form is clinging. [Similarly with feeling, perception, fabrications, and
consciousness.]” — SN 22:5 (emphasis added)
This means that the origination of stress, as defined above, is not craving
alone; it is craving plus clinging. When these two qualities land on any of the
aggregates, they produce clinging-aggregates, which form the essence of
suffering and stress in the context of the four noble truths. And because craving
and clinging are the proximate causes of becoming, every state of becoming is
thus permeated—either subtly or blatantly—with stress.
This stress is compounded by the fact that craving and clinging are so
haphazard and erratic. As the standard definition of the origination of stress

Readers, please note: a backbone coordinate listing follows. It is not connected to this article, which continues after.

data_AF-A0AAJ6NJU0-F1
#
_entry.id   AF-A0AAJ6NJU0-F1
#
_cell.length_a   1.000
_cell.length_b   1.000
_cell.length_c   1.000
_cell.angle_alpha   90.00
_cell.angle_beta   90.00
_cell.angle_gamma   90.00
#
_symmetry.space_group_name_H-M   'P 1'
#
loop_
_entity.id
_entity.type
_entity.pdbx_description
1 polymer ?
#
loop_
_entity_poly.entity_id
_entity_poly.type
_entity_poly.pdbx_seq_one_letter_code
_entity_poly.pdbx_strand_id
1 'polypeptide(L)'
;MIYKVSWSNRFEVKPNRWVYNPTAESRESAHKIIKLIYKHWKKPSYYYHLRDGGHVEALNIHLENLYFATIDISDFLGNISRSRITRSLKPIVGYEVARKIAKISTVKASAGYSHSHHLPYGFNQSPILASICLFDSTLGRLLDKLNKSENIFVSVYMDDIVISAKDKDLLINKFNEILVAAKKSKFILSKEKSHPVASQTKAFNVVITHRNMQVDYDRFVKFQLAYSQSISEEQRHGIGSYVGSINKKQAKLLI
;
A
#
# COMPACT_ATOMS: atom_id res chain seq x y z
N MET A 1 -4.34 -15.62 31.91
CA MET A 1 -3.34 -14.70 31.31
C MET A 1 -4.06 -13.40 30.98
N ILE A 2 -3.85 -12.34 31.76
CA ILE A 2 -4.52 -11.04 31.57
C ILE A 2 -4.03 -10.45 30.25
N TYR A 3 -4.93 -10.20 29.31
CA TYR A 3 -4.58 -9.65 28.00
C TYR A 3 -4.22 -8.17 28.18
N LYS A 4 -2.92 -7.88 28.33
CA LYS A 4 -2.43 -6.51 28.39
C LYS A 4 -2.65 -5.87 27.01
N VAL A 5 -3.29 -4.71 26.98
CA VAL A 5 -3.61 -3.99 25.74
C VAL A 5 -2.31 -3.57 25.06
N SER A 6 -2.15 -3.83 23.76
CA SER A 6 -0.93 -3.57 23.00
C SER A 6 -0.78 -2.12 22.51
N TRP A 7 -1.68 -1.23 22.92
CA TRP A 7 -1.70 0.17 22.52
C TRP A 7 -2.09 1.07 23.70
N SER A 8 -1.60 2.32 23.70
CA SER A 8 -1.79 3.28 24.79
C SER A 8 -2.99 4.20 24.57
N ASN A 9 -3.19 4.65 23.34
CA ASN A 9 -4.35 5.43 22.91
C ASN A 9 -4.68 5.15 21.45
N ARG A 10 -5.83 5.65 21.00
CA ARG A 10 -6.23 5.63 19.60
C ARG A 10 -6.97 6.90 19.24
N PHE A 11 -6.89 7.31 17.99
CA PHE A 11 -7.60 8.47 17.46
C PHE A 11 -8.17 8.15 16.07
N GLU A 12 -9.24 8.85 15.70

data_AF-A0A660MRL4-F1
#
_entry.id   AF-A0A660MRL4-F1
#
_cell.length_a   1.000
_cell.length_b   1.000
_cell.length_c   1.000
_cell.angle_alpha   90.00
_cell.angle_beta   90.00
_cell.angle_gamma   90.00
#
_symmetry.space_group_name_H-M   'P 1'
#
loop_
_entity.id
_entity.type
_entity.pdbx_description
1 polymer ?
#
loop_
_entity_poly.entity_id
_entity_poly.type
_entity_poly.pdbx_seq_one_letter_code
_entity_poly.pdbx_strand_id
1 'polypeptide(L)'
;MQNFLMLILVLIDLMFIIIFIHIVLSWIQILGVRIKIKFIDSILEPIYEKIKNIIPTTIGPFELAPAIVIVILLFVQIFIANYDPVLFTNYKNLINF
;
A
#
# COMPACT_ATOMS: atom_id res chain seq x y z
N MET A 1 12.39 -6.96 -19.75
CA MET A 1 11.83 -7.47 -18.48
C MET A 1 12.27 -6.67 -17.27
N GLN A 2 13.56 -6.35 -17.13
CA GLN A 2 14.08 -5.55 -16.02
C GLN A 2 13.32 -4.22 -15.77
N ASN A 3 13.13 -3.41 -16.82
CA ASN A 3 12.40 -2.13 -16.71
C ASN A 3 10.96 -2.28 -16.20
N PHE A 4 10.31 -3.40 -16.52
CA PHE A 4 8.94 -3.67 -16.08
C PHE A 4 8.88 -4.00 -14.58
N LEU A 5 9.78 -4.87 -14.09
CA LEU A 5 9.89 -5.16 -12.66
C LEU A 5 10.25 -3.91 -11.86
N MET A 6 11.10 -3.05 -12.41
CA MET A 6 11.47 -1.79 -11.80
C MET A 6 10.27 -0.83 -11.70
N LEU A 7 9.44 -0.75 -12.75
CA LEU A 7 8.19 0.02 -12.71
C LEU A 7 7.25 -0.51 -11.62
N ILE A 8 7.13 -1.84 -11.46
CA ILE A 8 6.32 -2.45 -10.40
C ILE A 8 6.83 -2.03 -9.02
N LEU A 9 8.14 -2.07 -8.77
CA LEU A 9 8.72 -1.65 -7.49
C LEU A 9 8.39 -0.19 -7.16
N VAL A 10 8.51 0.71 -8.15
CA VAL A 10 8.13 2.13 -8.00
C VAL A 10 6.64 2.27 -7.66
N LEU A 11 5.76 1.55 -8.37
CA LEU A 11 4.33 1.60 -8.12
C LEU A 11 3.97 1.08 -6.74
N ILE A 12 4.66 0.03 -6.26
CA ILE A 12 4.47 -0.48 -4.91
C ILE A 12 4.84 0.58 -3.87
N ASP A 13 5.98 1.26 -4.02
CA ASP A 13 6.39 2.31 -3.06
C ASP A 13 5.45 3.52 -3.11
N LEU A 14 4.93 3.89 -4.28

notes, they relish “now here, now there.” They can change their focus at any
moment, abandoning the construction of one state of becoming to start work on
a new one.
In terms of the field analogy, the primary reason why craving and clinging
focus on a particular spot in the field is to enjoy the potential happiness they
anticipate that the spot has to offer. However, when the spot is fabricated, it is
tied to other conditions—those on which it depends, and those that depend on it.
Craving and clinging are thus tied to those other conditions as well, whether
they are desirable or not.
For example, a seed may be planted in a lovely spot, but if a drought, flood,
or fire comes through the spot, the resulting plant could easily be killed. Even
when craving and clinging try to avoid this drawback by moving their location
from place to place—this is, in fact, their most common tactic for avoiding pain—
the mind becomes exhausted from its inability to find genuine rest. Often, in rash
desperation to escape an undesirable place, craving and clinging choose another